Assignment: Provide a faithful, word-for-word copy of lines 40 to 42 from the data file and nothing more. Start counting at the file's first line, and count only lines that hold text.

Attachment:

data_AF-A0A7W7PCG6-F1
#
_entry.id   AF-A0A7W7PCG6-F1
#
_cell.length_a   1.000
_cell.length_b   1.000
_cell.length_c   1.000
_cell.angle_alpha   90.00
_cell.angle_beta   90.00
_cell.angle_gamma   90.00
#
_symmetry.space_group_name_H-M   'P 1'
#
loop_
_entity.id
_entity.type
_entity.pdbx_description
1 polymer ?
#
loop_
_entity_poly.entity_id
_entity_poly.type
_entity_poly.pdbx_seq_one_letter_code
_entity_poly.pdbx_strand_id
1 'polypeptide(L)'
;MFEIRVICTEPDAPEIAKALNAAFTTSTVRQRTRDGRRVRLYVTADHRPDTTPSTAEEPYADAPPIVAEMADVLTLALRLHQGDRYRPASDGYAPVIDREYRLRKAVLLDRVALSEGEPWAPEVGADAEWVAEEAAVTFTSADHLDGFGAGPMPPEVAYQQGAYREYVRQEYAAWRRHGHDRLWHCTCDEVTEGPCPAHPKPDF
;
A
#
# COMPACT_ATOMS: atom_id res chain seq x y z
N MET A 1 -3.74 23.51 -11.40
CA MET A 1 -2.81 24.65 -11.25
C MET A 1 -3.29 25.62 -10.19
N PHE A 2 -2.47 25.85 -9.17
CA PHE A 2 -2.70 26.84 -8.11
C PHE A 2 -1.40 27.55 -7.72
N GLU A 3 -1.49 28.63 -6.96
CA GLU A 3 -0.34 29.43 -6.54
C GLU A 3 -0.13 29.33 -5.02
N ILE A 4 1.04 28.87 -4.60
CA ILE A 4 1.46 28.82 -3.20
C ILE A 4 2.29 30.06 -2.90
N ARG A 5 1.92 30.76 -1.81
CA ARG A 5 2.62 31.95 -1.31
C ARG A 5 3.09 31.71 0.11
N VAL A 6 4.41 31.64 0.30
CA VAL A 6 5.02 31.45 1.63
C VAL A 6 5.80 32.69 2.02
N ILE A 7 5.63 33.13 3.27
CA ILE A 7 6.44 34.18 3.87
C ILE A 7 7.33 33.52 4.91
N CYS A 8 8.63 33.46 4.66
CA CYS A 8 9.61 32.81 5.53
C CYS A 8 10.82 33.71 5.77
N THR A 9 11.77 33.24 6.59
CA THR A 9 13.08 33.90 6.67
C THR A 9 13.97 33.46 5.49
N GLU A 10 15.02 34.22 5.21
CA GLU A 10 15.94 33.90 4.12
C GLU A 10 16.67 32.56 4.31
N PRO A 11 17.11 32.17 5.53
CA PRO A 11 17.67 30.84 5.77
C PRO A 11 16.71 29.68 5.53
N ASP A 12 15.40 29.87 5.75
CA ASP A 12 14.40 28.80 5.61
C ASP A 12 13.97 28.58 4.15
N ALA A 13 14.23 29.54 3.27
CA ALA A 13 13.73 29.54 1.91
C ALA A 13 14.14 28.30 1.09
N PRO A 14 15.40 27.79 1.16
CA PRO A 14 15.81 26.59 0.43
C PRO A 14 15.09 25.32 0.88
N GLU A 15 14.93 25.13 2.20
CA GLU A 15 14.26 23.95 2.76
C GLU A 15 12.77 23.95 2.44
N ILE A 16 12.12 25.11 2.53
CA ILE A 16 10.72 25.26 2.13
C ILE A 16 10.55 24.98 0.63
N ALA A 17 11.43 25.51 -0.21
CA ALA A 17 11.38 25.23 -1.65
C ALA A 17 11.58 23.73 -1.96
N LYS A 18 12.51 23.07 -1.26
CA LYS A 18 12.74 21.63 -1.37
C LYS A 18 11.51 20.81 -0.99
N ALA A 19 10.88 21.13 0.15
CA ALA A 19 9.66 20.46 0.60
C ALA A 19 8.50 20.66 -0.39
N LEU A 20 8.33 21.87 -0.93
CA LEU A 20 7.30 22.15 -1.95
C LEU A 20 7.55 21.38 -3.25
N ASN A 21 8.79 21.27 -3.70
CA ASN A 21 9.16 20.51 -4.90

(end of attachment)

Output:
N ILE A 4 1.04 28.87 -4.60
CA ILE A 4 1.46 28.82 -3.20
C ILE A 4 2.29 30.06 -2.90